- Failure to replace losses- thirsty, uncomfortable and dehydrated child
• Designed to provide enough water; so that kidney need not significantly
dilute or concentrate
• In overweight child – overestimation of water needs can occur- so base the
calculation on lean body weight; estimated by using the 50th percentile of
body weight for child’s height.
Fluid calculation
• Body weight method for calculating daily maintenance fluid volume
• Max total fluid/ day – normally 2400 ml
BODY WEIGHT FLUID PER DAY
0 – 10 Kg 100 ml / Kg
11- 20 Kg 1000 ml + 50 ml /Kg for each Kg > 10 Kg
>20 Kg 1500 ml + 20 ml/ Kg for each Kg > 10 Kg
• Hourly maintenance water rate:
• Max fluid rate is normally 100 ml/hr
Body weight Fluid rate
0- 10 kg 4 ml/kg/hr
10-20 kg 40 ml/ hr + 2ml/kg/hr (wt – 10 kg)
>20 kg 60 ml/hr + 1ml/kg/hr (wt - 20 kg)
IV SOLUTIONS
SL NO COMPOSITION Na+ Cl- K+ Ca2+ LACTATE
1 Normal saline (0.9% Nacl) 154 154 - - -
2 Half normal saline (0.45% Nacl) 77 77 - - -
3 0.2 N.S (0.2 Nacl) 34 34 - - -
4 Ranger lactate 130 109 4 3 28
• These are available with 5% Dextrose, 10% Dextrose or without.
• R.L – k+ (10 or 20 mEq/L)
• Balanced iv fluid – base – lactate / acetate, physiologic Cl- conc > N.S ; K, Ca, Mg
• Eg – RL, PlasmaLyte.
• Normal plasma osmolarity : 285 -295 mosmol/kg.
• Fluid with lower plasma osmolarity - Hemolysis.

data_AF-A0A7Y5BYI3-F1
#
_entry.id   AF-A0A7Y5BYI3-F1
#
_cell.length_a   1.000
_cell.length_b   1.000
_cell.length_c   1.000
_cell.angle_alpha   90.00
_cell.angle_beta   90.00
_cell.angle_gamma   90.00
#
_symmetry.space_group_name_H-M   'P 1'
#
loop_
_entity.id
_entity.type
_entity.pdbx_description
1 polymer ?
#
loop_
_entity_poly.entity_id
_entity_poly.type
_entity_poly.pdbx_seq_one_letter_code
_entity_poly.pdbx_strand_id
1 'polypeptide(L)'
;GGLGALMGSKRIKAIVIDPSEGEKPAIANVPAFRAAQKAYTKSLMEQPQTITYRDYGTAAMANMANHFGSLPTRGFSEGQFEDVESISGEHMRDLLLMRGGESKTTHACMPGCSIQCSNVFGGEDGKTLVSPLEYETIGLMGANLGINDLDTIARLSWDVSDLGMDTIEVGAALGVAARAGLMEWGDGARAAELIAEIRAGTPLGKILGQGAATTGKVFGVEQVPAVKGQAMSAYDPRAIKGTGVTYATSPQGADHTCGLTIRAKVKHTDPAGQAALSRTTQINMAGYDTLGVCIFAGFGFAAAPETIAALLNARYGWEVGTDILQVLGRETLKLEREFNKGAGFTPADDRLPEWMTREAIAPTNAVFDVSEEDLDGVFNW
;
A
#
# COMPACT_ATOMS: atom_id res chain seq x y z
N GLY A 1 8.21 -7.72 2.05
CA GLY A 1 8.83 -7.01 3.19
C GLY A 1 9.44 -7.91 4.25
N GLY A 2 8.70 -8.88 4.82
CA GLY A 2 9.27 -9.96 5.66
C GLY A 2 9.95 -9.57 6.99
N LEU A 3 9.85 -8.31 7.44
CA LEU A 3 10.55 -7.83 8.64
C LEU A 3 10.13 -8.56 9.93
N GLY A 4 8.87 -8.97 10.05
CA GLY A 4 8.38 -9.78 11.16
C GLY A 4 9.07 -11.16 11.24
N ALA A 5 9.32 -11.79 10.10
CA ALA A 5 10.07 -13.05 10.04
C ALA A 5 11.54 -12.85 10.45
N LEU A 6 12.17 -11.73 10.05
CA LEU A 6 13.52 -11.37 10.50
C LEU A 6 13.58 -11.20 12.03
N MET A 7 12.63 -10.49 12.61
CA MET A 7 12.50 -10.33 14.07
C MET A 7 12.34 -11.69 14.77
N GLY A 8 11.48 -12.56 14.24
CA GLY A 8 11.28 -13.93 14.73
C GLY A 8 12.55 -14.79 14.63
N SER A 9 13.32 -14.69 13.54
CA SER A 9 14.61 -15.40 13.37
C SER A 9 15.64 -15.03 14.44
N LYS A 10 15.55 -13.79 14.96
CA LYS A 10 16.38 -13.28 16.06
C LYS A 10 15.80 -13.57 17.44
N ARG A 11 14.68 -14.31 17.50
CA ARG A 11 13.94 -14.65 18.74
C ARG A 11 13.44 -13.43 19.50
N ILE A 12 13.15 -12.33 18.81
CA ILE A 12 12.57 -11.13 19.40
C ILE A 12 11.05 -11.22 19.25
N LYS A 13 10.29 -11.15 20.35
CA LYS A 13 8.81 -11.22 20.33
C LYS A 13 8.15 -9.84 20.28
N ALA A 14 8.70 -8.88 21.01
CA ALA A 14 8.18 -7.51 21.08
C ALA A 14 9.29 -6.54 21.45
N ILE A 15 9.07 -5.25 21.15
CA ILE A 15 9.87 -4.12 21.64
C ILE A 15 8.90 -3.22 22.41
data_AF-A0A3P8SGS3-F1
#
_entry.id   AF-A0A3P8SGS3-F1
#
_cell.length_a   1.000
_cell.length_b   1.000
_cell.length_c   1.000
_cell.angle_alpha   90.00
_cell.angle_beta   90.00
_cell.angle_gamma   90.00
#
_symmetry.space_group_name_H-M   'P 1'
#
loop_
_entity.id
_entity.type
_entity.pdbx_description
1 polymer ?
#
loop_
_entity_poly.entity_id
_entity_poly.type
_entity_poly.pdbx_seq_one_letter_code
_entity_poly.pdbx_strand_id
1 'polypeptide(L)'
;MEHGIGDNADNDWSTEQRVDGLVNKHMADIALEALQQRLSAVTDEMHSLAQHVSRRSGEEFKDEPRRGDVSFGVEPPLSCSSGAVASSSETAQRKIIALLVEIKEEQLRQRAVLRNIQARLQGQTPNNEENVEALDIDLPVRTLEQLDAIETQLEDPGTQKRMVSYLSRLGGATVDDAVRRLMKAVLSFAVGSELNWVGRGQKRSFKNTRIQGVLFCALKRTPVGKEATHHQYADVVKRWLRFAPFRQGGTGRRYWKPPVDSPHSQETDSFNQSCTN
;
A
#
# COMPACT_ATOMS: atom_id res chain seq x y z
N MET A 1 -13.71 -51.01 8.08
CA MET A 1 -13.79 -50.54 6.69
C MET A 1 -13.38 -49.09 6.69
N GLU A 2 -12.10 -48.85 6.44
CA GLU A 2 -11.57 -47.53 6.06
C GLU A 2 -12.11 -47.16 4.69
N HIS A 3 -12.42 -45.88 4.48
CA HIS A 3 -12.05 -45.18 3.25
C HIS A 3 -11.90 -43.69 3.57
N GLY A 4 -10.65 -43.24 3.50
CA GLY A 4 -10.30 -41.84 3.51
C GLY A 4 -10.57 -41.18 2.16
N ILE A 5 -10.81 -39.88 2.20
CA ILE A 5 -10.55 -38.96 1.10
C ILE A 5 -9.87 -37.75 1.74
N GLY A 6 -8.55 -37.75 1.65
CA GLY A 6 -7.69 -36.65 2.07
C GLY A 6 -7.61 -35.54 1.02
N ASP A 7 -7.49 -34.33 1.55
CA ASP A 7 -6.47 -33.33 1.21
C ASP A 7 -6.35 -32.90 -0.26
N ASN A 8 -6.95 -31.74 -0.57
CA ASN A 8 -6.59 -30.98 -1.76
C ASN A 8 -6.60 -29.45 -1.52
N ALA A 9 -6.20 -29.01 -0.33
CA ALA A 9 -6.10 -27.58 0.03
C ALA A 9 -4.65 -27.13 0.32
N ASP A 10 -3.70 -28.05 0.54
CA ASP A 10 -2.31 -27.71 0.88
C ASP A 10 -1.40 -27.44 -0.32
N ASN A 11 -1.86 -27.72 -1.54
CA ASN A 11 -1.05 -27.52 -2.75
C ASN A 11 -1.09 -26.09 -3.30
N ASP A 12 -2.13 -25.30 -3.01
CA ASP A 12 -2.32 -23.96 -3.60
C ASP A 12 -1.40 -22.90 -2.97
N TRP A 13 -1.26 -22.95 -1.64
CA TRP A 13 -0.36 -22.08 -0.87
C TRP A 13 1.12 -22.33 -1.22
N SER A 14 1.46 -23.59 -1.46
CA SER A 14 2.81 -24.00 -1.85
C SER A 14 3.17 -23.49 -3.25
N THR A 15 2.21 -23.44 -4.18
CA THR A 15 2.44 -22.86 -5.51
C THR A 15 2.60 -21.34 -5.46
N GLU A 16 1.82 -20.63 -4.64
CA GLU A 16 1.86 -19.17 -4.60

• Hypotonic fluid - hyponatremia : isotonic fluid with 5% D are recommended as the
standard maintenance fluid except in neonates.
• Hospitalized children - decrease in water excretion due to volume depletion or non
osmotic stimuli for ADH production such as respiratory ds, CNS ds, pain, nausea,
medication (eg; narcotics)
Selection of maintenance fluid
• Isotonic fluid (NS, RL, PlasmaLyte) with 5% dextrose and KCl (10-20mEq/L)
recommended for maintenance iv fluid.
• Surgery patient - isotonic (NS, RL) - Surgery, post op (2/3rd maintenance rate).
• Patient with persistent ADH (SIADH, Congestive Heart Failure, Nephrotic
Syndrome, Liver Ds) should receive less than maintenance fluids.
• Children with meningitis - fluid restricted unless intravascular volume depletion
occurs.
• In all children : critical to monitor weight, urine output and electrolytes carefully to